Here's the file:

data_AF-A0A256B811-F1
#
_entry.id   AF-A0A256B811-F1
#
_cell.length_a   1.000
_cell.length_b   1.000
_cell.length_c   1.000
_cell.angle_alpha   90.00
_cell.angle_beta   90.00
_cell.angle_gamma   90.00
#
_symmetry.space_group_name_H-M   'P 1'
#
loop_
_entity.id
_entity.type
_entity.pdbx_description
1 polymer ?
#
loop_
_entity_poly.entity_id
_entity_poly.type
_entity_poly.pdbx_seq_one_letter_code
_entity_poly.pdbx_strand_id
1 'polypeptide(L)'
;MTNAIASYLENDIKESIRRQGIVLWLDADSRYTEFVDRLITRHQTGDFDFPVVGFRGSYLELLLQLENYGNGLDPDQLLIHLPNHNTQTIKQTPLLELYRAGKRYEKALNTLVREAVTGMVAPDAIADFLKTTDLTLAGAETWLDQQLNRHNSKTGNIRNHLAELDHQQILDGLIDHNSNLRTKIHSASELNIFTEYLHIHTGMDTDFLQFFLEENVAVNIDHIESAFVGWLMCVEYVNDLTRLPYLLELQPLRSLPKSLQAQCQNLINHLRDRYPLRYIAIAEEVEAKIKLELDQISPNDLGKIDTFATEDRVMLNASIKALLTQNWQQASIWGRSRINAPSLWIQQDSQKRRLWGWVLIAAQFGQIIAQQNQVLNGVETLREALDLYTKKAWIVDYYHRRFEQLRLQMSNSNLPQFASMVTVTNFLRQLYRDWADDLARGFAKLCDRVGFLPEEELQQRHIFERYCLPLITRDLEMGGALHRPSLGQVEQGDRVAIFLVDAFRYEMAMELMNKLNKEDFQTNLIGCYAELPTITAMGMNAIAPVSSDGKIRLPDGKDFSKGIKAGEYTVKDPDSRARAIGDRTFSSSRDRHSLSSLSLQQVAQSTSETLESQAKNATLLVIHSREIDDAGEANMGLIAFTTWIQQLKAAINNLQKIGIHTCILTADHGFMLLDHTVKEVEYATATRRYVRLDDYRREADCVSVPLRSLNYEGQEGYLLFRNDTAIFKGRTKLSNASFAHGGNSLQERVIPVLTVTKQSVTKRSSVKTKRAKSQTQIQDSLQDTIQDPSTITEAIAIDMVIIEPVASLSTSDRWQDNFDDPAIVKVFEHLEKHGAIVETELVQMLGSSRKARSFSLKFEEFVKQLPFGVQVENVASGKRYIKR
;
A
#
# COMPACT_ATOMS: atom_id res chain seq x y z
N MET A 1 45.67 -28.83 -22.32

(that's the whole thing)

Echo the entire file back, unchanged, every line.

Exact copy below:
data_AF-A0A256B811-F1
#
_entry.id   AF-A0A256B811-F1
#
_cell.length_a   1.000
_cell.length_b   1.000
_cell.length_c   1.000
_cell.angle_alpha   90.00
_cell.angle_beta   90.00
_cell.angle_gamma   90.00
#
_symmetry.space_group_name_H-M   'P 1'
#
loop_
_entity.id
_entity.type
_entity.pdbx_description
1 polymer ?
#
loop_
_entity_poly.entity_id
_entity_poly.type
_entity_poly.pdbx_seq_one_letter_code
_entity_poly.pdbx_strand_id
1 'polypeptide(L)'
;MTNAIASYLENDIKESIRRQGIVLWLDADSRYTEFVDRLITRHQTGDFDFPVVGFRGSYLELLLQLENYGNGLDPDQLLIHLPNHNTQTIKQTPLLELYRAGKRYEKALNTLVREAVTGMVAPDAIADFLKTTDLTLAGAETWLDQQLNRHNSKTGNIRNHLAELDHQQILDGLIDHNSNLRTKIHSASELNIFTEYLHIHTGMDTDFLQFFLEENVAVNIDHIESAFVGWLMCVEYVNDLTRLPYLLELQPLRSLPKSLQAQCQNLINHLRDRYPLRYIAIAEEVEAKIKLELDQISPNDLGKIDTFATEDRVMLNASIKALLTQNWQQASIWGRSRINAPSLWIQQDSQKRRLWGWVLIAAQFGQIIAQQNQVLNGVETLREALDLYTKKAWIVDYYHRRFEQLRLQMSNSNLPQFASMVTVTNFLRQLYRDWADDLARGFAKLCDRVGFLPEEELQQRHIFERYCLPLITRDLEMGGALHRPSLGQVEQGDRVAIFLVDAFRYEMAMELMNKLNKEDFQTNLIGCYAELPTITAMGMNAIAPVSSDGKIRLPDGKDFSKGIKAGEYTVKDPDSRARAIGDRTFSSSRDRHSLSSLSLQQVAQSTSETLESQAKNATLLVIHSREIDDAGEANMGLIAFTTWIQQLKAAINNLQKIGIHTCILTADHGFMLLDHTVKEVEYATATRRYVRLDDYRREADCVSVPLRSLNYEGQEGYLLFRNDTAIFKGRTKLSNASFAHGGNSLQERVIPVLTVTKQSVTKRSSVKTKRAKSQTQIQDSLQDTIQDPSTITEAIAIDMVIIEPVASLSTSDRWQDNFDDPAIVKVFEHLEKHGAIVETELVQMLGSSRKARSFSLKFEEFVKQLPFGVQVENVASGKRYIKR
;
A
#
# COMPACT_ATOMS: atom_id res chain seq x y z
N MET A 1 45.67 -28.83 -22.32